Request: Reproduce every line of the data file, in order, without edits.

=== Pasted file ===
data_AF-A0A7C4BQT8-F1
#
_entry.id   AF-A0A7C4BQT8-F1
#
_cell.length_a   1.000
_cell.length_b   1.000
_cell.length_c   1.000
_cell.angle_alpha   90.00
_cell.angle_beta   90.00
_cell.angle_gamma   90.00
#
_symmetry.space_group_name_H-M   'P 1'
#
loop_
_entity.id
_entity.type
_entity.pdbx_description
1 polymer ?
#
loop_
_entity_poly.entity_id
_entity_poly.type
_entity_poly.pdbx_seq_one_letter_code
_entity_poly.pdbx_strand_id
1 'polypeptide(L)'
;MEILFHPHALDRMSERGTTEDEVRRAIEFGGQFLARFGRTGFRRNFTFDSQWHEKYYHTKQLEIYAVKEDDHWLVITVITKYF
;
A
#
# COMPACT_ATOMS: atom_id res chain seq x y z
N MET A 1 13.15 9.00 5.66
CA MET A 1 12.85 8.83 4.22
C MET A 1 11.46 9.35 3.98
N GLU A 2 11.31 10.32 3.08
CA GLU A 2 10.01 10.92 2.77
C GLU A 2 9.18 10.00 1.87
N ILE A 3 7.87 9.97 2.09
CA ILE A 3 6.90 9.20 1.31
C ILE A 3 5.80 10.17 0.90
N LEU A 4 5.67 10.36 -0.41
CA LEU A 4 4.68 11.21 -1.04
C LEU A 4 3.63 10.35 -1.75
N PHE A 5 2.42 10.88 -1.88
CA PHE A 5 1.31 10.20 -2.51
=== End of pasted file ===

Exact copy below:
data_AF-A0A7C4BQT8-F1
#
_entry.id   AF-A0A7C4BQT8-F1
#
_cell.length_a   1.000
_cell.length_b   1.000
_cell.length_c   1.000
_cell.angle_alpha   90.00
_cell.angle_beta   90.00
_cell.angle_gamma   90.00
#
_symmetry.space_group_name_H-M   'P 1'
#
loop_
_entity.id
_entity.type
_entity.pdbx_description
1 polymer ?
#
loop_
_entity_poly.entity_id
_entity_poly.type
_entity_poly.pdbx_seq_one_letter_code
_entity_poly.pdbx_strand_id
1 'polypeptide(L)'
;MEILFHPHALDRMSERGTTEDEVRRAIEFGGQFLARFGRTGFRRNFTFDSQWHEKYYHTKQLEIYAVKEDDHWLVITVITKYF
;
A
#
# COMPACT_ATOMS: atom_id res chain seq x y z
N MET A 1 13.15 9.00 5.66
CA MET A 1 12.85 8.83 4.22
C MET A 1 11.46 9.35 3.98
N GLU A 2 11.31 10.32 3.08
CA GLU A 2 10.01 10.92 2.77
C GLU A 2 9.18 10.00 1.87
N ILE A 3 7.87 9.97 2.09
CA ILE A 3 6.90 9.20 1.31
C ILE A 3 5.80 10.17 0.90
N LEU A 4 5.67 10.36 -0.41
CA LEU A 4 4.68 11.21 -1.04
C LEU A 4 3.63 10.35 -1.75
N PHE A 5 2.42 10.88 -1.88
CA PHE A 5 1.31 10.20 -2.51